Skeptics attack the Christian claim that Jesus was resurrected bodily in many ways. Some, for example, grant many of the facts surrounding the resurrection (Jesus’ death, postmortem appearances, the conversions of James and Saul, etc.) only to claim that the appearances of Jesus after his death were not physical, but spiritual.
This line of attack is an attempt to eliminate the supernatural power in the resurrection and to reduce Jesus’ postmortem appearances to mere ghost-sightings. Of course, if the skeptic is able to deny the power of God in Jesus’ resurrection, then they are also able to deny the claim of Christians that Jesus has been shown to be the Son of God through His resurrection (cf. Romans 1:4) Norman Geisler put it this way:
If Christ did not rise in the same physical body that was placed in the tomb, then the resurrection loses its value as an evidential proof of His claims to be God (John 8:58; 10:30). The resurrection cannot verify Jesus’ claim to be God unless He was resurrected in the body in which He was crucified. That body was a literal, physical body. Unless Jesus rose in a material body, there is no way to verify His resurrection. It loses its historically persuasive value. The truth of Christianity is based on the bodily resurrection of Christ.
To preserve this confirming power in the resurrection, it is important that we respond to this “spiritual appearances” attack. So, how do we do that? In addition to appealing to many points of scripture, one piece of the answer is to show that the church fathers understood Jesus to have been raised in the flesh and to have appeared in the flesh. Note the following statements:
Ignatius of Antioch, AD 105
“And I know that He was possessed of a body not only in His being born and crucified, but I also know He was so after His resurrection, and believe that He is so now” (Epistle of Ignatius to the Smyrneans, 3)
Justin Martyr, AD 110-165
“And when He [Jesus] had thus shown them that there is truly a resurrection of the flesh, wishing to show them this also, that it is not impossible for flesh to ascend into heaven (as he had said that our dwelling-place is in heaven), ‘He was taken up into heaven as they beheld,’ as He was in the flesh.” (On the Resurrection, Fragments, 9)
Tertullian, AD 197
“You will also allow that it was in the flesh that Christ was raised from the dead. For the very same body that fell in death, and which lay in the sepulcher, did rise again.” (On the Resurrection of the Flesh, 44)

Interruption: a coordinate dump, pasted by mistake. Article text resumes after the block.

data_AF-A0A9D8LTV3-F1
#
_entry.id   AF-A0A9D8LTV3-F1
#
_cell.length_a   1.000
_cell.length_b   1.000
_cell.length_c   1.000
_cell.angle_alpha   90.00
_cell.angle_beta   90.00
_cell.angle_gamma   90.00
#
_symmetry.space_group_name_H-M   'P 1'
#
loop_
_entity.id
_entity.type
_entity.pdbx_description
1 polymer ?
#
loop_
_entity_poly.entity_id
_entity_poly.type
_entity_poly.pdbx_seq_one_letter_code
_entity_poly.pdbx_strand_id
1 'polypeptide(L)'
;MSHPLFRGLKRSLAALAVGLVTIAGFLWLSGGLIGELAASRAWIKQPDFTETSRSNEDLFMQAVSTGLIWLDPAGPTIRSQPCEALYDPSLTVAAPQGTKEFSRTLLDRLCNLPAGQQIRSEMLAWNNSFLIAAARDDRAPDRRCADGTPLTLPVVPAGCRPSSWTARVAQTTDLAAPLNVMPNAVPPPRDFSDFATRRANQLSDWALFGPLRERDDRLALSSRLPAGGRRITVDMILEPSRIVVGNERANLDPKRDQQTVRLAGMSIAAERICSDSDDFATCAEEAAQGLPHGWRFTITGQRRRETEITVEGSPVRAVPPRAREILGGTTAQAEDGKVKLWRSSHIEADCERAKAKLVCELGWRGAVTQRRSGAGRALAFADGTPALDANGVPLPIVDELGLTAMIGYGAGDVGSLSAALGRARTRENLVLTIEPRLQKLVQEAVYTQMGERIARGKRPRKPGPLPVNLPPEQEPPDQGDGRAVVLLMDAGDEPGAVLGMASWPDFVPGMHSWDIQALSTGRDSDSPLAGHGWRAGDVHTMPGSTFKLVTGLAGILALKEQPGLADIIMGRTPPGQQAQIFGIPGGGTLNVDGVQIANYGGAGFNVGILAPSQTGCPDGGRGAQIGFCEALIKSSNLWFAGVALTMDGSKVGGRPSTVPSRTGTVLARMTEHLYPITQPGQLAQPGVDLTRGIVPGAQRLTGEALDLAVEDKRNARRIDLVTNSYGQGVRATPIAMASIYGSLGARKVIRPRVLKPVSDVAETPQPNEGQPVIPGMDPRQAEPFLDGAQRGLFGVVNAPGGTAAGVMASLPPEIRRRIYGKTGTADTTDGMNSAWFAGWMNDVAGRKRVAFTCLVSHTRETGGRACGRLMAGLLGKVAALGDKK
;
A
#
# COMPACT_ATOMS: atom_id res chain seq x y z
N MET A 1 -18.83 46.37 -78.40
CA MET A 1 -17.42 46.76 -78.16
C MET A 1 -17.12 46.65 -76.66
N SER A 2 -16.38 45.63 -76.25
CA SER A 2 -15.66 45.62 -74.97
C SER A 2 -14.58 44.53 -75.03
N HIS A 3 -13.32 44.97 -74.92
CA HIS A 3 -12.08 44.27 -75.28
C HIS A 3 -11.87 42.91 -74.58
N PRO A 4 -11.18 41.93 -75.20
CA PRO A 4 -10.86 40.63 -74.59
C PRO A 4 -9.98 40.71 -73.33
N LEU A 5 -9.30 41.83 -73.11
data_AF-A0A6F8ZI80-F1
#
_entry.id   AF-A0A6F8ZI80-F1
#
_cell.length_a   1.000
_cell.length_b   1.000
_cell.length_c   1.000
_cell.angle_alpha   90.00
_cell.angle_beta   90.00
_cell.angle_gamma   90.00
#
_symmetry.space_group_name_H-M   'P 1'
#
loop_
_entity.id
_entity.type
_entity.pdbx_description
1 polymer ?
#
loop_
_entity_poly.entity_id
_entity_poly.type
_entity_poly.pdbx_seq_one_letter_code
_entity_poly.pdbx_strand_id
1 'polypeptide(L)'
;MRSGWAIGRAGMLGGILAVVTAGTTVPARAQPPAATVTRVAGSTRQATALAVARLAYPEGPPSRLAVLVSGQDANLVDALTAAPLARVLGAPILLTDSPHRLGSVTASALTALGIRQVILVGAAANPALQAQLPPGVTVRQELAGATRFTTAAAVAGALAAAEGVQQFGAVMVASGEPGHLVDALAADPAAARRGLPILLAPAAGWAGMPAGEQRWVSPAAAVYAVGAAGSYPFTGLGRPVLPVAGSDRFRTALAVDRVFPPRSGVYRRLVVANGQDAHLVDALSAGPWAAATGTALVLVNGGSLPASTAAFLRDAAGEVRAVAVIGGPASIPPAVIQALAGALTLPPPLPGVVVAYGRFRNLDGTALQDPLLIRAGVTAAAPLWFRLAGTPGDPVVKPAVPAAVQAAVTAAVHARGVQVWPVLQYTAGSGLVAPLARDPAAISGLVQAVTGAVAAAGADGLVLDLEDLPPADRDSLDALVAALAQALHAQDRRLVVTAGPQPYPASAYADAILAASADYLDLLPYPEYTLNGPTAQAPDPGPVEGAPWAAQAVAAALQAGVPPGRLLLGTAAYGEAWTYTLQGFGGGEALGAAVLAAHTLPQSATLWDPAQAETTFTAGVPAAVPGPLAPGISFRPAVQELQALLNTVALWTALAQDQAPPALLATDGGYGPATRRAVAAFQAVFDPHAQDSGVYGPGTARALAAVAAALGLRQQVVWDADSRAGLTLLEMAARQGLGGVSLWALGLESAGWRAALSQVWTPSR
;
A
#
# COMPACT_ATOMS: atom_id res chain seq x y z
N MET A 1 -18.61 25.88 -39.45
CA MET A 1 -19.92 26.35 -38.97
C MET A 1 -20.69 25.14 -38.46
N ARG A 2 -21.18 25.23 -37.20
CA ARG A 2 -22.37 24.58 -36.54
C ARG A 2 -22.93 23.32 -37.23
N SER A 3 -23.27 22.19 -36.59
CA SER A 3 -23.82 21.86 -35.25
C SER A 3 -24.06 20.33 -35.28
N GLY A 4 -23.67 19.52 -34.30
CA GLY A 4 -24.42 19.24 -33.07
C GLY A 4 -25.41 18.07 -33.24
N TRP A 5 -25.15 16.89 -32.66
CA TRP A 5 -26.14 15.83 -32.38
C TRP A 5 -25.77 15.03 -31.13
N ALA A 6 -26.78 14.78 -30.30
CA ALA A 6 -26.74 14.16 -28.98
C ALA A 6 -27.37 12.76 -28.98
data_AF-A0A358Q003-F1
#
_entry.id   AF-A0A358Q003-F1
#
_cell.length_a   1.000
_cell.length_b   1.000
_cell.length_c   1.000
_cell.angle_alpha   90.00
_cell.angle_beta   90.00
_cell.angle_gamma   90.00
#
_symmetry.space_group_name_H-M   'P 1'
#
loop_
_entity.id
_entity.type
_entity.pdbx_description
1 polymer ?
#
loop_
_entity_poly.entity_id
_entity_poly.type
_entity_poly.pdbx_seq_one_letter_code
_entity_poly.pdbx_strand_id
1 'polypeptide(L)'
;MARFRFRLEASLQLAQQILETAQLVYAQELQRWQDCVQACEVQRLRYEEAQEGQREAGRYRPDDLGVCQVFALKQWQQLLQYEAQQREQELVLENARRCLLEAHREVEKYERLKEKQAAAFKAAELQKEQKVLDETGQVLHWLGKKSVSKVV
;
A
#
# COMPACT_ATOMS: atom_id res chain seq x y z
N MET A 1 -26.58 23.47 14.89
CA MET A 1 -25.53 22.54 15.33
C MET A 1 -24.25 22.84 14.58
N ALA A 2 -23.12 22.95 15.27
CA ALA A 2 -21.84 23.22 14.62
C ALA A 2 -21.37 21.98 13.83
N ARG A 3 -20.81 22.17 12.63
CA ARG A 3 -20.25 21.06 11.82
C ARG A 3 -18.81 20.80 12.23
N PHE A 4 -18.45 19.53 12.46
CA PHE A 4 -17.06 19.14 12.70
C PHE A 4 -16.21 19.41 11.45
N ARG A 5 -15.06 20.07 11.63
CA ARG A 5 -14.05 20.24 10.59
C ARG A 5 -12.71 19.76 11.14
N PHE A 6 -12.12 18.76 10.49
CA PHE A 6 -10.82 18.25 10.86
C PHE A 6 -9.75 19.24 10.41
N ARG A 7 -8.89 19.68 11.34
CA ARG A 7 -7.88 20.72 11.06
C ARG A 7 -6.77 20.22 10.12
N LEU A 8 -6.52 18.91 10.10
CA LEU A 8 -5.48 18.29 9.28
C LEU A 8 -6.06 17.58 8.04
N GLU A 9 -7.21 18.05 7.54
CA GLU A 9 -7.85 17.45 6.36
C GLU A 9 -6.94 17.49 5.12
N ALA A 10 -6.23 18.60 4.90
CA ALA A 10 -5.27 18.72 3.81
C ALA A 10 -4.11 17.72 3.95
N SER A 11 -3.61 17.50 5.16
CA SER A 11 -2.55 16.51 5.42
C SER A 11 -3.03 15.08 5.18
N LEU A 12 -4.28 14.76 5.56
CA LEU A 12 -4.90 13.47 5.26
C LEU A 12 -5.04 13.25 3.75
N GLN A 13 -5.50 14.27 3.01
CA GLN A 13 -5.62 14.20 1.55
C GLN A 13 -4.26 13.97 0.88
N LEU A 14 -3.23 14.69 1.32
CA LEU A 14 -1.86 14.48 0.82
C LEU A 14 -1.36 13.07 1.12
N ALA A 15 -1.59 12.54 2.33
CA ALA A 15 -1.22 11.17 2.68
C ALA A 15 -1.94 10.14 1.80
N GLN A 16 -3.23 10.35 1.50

Irenaeus, AD 120-202
“Christ Jesus, the Son of God, who became incarnate for our salvation; and in the Holy Spirit, who proclaimed through the prophets the dispensations of God, and the advents, and the birth from a virgin, and the passion, and the resurrection from the dead, and the ascension into heaven in the flesh of the beloved Christ Jesus, our Lord.” (Against Heresies, 1.10.1)
Agustine, AD 354-430
“The world has come to the belief that the earthly body of Christ was received up into heaven. Already both the learned and unlearned have believed in the resurrection of the flesh and its ascension to heavenly places, while only a very few either of the educated or uneducated are still staggered by it.” (City of God, 22.5)
As early, extra-biblical sources, these statements by church fathers are highly valuable in establishing the Christian claim that Jesus rose and appeared physically. Any skeptic who wishes to sustain the “spiritual appearances” attack on the resurrection must deal with these statements.
This objection was raised in the Meadows — Walters debate on October 10th, 2019. Watch the debate here: https://www.youtube.com/watch?v=-2uu93BLn0Y
McDowell, Josh. Evidence That Demands a Verdict (p. viii). Thomas Nelson. Kindle Edition, location 9160.
The church fathers were men who were either disciples of the apostles or who were just a few generations removed from them. Ignatius of Antioch, for example, is said to have been a disciple of the apostle, John. See here: https://www.gotquestions.org/early-church-fathers.html
House, H. W., & Holden, J. M. (2006). Chart 56. In Charts of apologetics and Christian evidences. Grand Rapids, MI: Zondervan.